Magmatic processes beneath mid-ocean ridges : insights from mineral and glass chemistry in plagioclase ultraphyric basalts Public Deposited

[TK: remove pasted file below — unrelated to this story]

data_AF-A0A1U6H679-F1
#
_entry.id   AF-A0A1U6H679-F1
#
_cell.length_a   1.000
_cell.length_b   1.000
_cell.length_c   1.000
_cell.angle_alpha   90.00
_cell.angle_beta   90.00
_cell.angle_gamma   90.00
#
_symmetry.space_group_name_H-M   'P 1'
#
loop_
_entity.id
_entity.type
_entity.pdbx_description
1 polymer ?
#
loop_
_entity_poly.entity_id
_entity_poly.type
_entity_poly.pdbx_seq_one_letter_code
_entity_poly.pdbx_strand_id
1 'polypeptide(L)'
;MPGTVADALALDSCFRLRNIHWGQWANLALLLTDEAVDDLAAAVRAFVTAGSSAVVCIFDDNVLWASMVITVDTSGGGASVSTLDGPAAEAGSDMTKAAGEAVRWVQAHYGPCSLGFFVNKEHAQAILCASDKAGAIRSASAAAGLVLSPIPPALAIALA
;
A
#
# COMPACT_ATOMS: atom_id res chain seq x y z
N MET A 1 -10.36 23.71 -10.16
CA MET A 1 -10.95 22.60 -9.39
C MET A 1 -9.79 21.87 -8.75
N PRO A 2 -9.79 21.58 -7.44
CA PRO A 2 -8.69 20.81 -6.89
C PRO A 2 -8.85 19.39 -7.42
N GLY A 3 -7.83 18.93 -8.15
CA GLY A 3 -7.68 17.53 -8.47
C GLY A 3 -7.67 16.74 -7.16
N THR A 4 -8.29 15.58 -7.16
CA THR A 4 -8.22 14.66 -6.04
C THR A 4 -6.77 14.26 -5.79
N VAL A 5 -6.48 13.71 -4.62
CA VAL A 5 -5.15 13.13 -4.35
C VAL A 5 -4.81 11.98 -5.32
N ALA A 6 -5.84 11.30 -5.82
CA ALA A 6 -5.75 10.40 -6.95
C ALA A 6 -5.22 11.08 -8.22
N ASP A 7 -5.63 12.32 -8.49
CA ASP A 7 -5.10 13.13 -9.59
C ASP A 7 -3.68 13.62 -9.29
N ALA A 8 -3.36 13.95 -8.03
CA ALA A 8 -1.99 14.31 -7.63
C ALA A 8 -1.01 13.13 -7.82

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  • Prior to eruption at mid-ocean ridges, melts must travel through >6 km of crust from their origin in the mantle. The final composition of the melts is dependent on both the melting conditions and magmatic processes within the crust. While mid-ocean ridge basalt (MORB) glasses are commonly used to infer melting conditions, including upper mantle composition, extent of melting and melt aggregation, evidence suggests that the final erupted MORB melt is significantly affected by magma mixing, fractionation, and melt-wallrock interactions, which significantly alter the original composition of the melt. A yet unresolved problem in interpreted erupted basaltic glass is the relative role of mantle processes and crustal processes in their contribution to MORB. The three manuscripts in this dissertation use plagioclase phenocrysts in plagioclase ultraphyric basalts (PUBs) to attempt to address the nature of the magmatic processes occurring within the oceanic crust prior to eruption. Plagioclase megacrysts and host glasses were analyzed for Sr-isotopic compositions in multiple samples from multiple spreading ridges. The resultant data reveals that the plagioclase megacrysts are often in isotopic disequilibrium with the melt they are erupted in. Some of the samples also display significant inter- and intra-crystalline disequilibria. As Cl concentrations in melt inclusions were low, the observed isotopic heterogeneity cannot be caused by interaction with seawater. Rather, the varied Sr-isotopes in plagioclase are the result of growth from distinct mantle components and some physical process is responsible for entraining the plagioclase into the final melt. To better interpret this isotopic disequilibria recorded in plagioclase, this physical process which is responsible for the eruption of these plagioclase-rich magmas must be understood. No systematic difference exists between the lavas that erupt abundant plagioclase phenocrysts and those lavas from the same ridge segments that are aphyric. Because these plagioclase crystals are typically high anorthite (>An₈₀), the phenocrysts are typically more dense than the melt they are erupted in. Thus a simple floatation model is not sufficient to explain the eruption of PUBs. PUBs only erupt in locations without currently imaged magma chambers, mainly fast spreading ridges, because prolonged residence in a magma chamber would cause the dense plagioclase to settle out. PUBs may erupt, however, when magmas carrying plagioclase crystals travel through conduits without magma chambers and do not stall in the crust for extended periods of time. Finally, the plagioclase megacrysts in this study were analyzed for trace element concentrations, in addition to melt inclusions, olivine and host glass analyses. Collection of this suite of data allows for a more complete representation of the pre-eruptive history of individual basalts. Using appropriate partition coefficients for anorthitic plagioclase, liquids that were in trace element equilibrium with the megacrysts can be calculated and then compared to the array of lavas that are erupted on the surface. Liquids in equilibrium with plagioclase are more primitive than erupted MORB glasses in the same region and are typically not parental to the host lava in which the megacrysts were erupted. These primitive liquids often appear to be parental to other erupted lavas by fractional crystallization alone. Plagioclase equilibrium liquids that cannot be modeled as parental to the host lava are typically display isotopic disequilibrium as well. For samples that display trace element heterogeneity, many of the liquids in equilibrium with plagioclase can be modeled as resulting from progressive melting of a single mantle source.
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